Don Giovanni returned his wife’s kiss. “Good morning, my angel.”

Alice straightened up and gave her husband a sulky pout. “What about Poochie-Woochie?”

The crime boss clenched his teeth and took a deep breath. “Of course. How could I forget Poochie?”

Laying his newspaper aside, Don Giovanni leaned forward and picked up the poodle that was standing obediently at heel beside Alice. Grimacing, he held the dog’s head to his pursed lips, kissed its wiry fur, and hastily put the animal back on the floor.

“We’ll be back in an hour,” Alice told him.

Turning on her high heels, Mrs Giovanni wiggled out of the room.

* * *

With bodyguards in tow, Alice Giovanni exited New York’s Libertine Apartment Building. Clip-clopping after Alice was Poochie, her fur clipped like a topiary and dyed a garish pink.

“Good morning, Dexter,” said Alice, tipping the doorman.

“Good morning to you, Mrs Giovanni.”

Meanwhile, in an upper floor room of a nearby brownstone, Paulo Cassini was making himself as comfortable as his war-wounded leg would allow. Taking up a kneeling position, he lifted up the sash window and prepared for his final assassination. Through the scope of his rifle he watched Alice Giovanni leaving the Libertine Apartment Building with a brace of minders before heading west along Fifth Avenue.

Calming himself for the kill, Paulo remembered Sergio Lambino’s words: I want you to ruin Don Giovanni’s life. Well, that was exactly what he was about to do.

He drew a bead on his target – he hated to think of his victims as living, breathing flesh and blood with names – just as Poochie stopped to do her business beside a tree. Unfortunately for Paulo, a web of branches blocked an otherwise perfect shot.

“Come along, Poochie!” Alice Giovanni called out once the poodle finished fouling the public highway.

Alice and Poochie hurried over a pedestrian crossing and into Central Park, leaving the bodyguards sprinting after them, weaving in and out of the traffic. Again, Paulo readied himself for his retirement hit. However, this time he was forced to hold off on the shot when a policeman appeared on the scene.

Just inside the entrance to Central Park, an altercation broke out between the policeman, Mrs Giovanni and the bodyguards. Apparently the policeman wanted to write out jaywalking citations for them all. The argument eventually came to an amicable end, though, when the policeman was informed of the lady’s identity. Once adequate compensation had been paid over to the law enforcement officer, the policeman continued on his way.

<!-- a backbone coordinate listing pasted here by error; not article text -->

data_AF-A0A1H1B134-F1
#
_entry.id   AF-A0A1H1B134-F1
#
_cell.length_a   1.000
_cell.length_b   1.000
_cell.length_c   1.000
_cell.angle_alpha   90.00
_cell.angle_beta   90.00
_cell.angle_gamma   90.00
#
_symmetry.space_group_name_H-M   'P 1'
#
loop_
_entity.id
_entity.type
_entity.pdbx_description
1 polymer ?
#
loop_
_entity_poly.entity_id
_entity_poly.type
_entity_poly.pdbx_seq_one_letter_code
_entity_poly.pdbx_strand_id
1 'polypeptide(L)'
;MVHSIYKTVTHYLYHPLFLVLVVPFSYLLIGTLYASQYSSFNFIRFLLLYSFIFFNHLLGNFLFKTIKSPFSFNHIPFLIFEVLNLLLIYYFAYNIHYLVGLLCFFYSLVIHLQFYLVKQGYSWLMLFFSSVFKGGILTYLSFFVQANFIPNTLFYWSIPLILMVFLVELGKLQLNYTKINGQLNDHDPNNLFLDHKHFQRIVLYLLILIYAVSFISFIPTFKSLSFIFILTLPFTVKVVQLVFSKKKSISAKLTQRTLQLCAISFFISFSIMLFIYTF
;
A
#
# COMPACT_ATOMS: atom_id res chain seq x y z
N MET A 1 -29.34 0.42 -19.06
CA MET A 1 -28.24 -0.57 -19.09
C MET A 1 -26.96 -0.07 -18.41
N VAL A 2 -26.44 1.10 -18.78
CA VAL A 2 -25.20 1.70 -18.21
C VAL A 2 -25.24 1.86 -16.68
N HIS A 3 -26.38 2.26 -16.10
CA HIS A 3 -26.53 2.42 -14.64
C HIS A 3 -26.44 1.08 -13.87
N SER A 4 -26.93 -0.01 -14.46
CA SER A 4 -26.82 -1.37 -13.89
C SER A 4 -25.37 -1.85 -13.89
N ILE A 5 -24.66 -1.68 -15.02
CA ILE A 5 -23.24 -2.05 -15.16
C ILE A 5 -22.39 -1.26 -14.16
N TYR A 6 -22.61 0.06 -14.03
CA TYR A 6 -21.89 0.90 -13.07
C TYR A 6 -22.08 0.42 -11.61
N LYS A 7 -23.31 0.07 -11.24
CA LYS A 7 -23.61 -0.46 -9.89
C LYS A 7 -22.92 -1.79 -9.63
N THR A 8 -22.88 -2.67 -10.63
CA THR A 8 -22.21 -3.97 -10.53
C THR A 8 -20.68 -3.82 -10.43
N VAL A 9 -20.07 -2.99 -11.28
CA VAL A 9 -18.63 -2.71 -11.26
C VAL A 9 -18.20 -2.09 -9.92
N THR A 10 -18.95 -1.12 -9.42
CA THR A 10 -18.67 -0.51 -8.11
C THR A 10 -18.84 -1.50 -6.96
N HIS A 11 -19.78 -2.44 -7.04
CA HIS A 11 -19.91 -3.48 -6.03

Paulo Cassini once more put his eye to the scope. He smiled grimly. The bodyguards had taken up position on a park bench, leaving his target a sitting duck. She was out in the open and there was no one near enough to spoil a clear shot.

“Poochie, Poochie, Poochie!” Alice cooed, as she reached into her handbag for her poodle’s rubber ball.




Then, as Alice Giovanni leaned back to throw the ball for Poochie, Paulo pulled the trigger. An instant later she fell to the ground, slumped across the Central Park grass.

Time to put a few thousand miles between me and Don Giovanni, Paulo thought, as he dismantled his gun. Looking forward to early retirement on the Hawaiian Islands, he packed away his rifle and swiftly made his way to Grand Central Station and a new life.

* * *

A month later, behind the closed doors of his apartments, Don Giovanni confided to his men, “My life is ruined. I can’t eat. I can’t sleep. I can’t concentrate on business. Are there no clues at all as to who this hit man was and who hired him?”

In unison, the crime boss’s henchmen shook their heads.

Unaware that their meeting was being spied on by an eavesdropper, Don Giovanni’s most trusted lieutenant said, “Can’t we just forget who the hit man was for a while? We really oughta get back to work and make some money, boss.”

Suddenly the door to the meeting room flew open. “I’ve told you all before, and I’m telling you again,” screeched a wild-eyed Alice Giovanni. “No one rests until you find out who shot Poochie.”

 

END

 

Paul A. Freeman asserts the moral right to be identified as the author of this work